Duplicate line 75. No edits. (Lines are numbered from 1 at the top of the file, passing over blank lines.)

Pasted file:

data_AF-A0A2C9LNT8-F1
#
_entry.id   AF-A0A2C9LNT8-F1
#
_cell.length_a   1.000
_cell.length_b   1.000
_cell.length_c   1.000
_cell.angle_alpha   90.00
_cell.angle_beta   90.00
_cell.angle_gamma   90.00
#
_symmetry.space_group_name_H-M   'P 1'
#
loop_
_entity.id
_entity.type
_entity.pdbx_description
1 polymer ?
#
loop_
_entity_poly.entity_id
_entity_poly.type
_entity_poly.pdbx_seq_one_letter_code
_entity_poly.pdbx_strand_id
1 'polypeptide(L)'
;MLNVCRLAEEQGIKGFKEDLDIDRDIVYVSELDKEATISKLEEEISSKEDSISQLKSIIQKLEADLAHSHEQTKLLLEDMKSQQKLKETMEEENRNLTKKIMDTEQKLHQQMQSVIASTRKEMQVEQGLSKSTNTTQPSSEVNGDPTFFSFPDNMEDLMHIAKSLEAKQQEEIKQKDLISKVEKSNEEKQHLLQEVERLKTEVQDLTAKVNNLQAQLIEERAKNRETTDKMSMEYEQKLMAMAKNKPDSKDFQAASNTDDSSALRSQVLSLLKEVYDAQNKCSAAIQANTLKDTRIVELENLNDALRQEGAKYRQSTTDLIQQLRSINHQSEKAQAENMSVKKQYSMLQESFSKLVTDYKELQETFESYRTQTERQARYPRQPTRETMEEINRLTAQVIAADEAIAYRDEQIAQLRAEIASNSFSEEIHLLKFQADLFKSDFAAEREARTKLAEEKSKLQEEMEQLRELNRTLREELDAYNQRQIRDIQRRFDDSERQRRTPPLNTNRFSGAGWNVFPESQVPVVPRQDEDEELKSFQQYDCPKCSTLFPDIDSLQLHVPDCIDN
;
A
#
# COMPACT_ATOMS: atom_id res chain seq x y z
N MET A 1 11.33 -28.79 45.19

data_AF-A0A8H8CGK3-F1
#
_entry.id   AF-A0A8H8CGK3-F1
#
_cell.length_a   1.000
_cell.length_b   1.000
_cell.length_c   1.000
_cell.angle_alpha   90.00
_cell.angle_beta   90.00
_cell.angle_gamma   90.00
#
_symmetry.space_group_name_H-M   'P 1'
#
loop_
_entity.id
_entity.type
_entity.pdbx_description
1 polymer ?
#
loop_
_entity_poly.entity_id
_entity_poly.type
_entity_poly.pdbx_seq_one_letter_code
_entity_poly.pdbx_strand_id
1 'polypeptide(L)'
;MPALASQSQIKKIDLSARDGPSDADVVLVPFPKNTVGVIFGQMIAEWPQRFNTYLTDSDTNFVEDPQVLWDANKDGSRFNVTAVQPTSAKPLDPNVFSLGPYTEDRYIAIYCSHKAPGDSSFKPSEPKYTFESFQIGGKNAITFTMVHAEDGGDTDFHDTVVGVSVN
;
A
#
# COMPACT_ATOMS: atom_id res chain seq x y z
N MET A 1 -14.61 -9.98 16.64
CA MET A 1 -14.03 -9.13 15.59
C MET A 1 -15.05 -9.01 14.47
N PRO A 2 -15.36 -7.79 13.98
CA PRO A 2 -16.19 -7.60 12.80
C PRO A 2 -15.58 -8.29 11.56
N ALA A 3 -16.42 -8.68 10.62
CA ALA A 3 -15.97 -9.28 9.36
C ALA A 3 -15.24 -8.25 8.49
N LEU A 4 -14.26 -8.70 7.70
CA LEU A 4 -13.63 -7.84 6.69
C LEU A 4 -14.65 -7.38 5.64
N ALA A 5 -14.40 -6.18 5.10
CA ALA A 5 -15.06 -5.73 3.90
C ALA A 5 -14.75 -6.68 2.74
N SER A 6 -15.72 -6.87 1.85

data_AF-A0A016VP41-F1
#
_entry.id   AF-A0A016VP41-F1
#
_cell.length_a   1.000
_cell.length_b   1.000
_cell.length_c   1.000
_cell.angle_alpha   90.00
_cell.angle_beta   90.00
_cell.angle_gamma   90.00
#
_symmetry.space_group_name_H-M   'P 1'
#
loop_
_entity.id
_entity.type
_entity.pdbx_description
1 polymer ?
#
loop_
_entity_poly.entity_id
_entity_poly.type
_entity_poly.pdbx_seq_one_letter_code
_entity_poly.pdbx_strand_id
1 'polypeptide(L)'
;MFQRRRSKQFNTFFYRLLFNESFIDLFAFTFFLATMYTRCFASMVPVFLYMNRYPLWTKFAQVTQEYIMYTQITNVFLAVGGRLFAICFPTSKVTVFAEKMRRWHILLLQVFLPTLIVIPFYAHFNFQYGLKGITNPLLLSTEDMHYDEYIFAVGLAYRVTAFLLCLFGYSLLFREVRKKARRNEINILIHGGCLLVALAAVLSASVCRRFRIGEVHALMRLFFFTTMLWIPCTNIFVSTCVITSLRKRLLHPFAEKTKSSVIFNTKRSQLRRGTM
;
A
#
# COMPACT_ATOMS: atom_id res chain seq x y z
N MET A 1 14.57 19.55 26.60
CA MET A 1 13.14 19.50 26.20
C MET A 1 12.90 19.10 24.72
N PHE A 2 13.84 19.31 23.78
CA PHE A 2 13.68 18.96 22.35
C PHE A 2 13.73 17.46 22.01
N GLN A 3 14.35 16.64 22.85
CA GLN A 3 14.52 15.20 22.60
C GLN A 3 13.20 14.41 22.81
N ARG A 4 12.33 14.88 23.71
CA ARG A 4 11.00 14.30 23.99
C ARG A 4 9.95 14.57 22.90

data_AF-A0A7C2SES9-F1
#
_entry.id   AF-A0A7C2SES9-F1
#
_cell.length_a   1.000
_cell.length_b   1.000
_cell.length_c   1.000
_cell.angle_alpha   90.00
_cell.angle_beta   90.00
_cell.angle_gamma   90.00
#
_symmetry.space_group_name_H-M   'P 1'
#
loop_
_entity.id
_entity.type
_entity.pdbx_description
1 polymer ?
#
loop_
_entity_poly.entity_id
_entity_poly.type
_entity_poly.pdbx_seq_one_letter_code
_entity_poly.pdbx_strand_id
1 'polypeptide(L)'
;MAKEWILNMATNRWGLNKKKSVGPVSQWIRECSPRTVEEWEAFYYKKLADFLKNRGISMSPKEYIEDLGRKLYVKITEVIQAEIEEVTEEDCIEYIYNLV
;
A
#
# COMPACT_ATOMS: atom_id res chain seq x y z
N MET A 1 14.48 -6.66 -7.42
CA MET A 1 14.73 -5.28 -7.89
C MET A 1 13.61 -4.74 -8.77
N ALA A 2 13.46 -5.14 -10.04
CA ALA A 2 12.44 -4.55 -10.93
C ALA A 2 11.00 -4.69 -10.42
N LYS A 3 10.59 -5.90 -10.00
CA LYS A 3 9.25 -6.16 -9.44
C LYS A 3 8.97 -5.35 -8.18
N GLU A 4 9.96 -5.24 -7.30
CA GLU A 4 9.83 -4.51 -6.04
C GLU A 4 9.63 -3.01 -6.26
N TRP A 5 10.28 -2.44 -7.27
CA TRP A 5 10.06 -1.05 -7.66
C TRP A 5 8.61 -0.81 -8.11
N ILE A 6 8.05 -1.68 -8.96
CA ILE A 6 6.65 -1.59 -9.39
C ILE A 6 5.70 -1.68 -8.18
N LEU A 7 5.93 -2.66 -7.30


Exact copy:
CA ALA A 5 -15.06 -5.73 3.90